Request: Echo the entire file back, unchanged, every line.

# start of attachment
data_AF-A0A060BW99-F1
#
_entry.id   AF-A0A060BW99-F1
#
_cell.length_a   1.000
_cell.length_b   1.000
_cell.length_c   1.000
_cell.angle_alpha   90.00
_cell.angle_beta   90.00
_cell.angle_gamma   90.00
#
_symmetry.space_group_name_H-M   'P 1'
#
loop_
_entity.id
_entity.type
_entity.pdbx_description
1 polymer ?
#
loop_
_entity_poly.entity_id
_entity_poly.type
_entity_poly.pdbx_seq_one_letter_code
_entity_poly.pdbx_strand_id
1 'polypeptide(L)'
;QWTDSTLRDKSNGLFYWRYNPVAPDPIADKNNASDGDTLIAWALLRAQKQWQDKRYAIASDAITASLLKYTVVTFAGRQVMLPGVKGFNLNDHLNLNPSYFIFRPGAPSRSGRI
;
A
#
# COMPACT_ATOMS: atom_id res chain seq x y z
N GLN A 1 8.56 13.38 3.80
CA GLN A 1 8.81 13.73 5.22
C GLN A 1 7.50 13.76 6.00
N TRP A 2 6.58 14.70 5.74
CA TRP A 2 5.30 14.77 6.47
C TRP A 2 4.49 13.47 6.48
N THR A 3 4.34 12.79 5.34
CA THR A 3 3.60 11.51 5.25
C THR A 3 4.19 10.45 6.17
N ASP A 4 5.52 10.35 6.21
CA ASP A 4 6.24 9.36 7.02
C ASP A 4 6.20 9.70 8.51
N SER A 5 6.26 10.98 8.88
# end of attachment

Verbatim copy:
data_AF-A0A060BW99-F1
#
_entry.id   AF-A0A060BW99-F1
#
_cell.length_a   1.000
_cell.length_b   1.000
_cell.length_c   1.000
_cell.angle_alpha   90.00
_cell.angle_beta   90.00
_cell.angle_gamma   90.00
#
_symmetry.space_group_name_H-M   'P 1'
#
loop_
_entity.id
_entity.type
_entity.pdbx_description
1 polymer ?
#
loop_
_entity_poly.entity_id
_entity_poly.type
_entity_poly.pdbx_seq_one_letter_code
_entity_poly.pdbx_strand_id
1 'polypeptide(L)'
;QWTDSTLRDKSNGLFYWRYNPVAPDPIADKNNASDGDTLIAWALLRAQKQWQDKRYAIASDAITASLLKYTVVTFAGRQVMLPGVKGFNLNDHLNLNPSYFIFRPGAPSRSGRI
;
A
#
# COMPACT_ATOMS: atom_id res chain seq x y z
N GLN A 1 8.56 13.38 3.80
CA GLN A 1 8.81 13.73 5.22
C GLN A 1 7.50 13.76 6.00
N TRP A 2 6.58 14.70 5.74
CA TRP A 2 5.30 14.77 6.47
C TRP A 2 4.49 13.47 6.48
N THR A 3 4.34 12.79 5.34
CA THR A 3 3.60 11.51 5.25
C THR A 3 4.19 10.45 6.17
N ASP A 4 5.52 10.35 6.21
CA ASP A 4 6.24 9.36 7.02
C ASP A 4 6.20 9.70 8.51
N SER A 5 6.26 10.98 8.88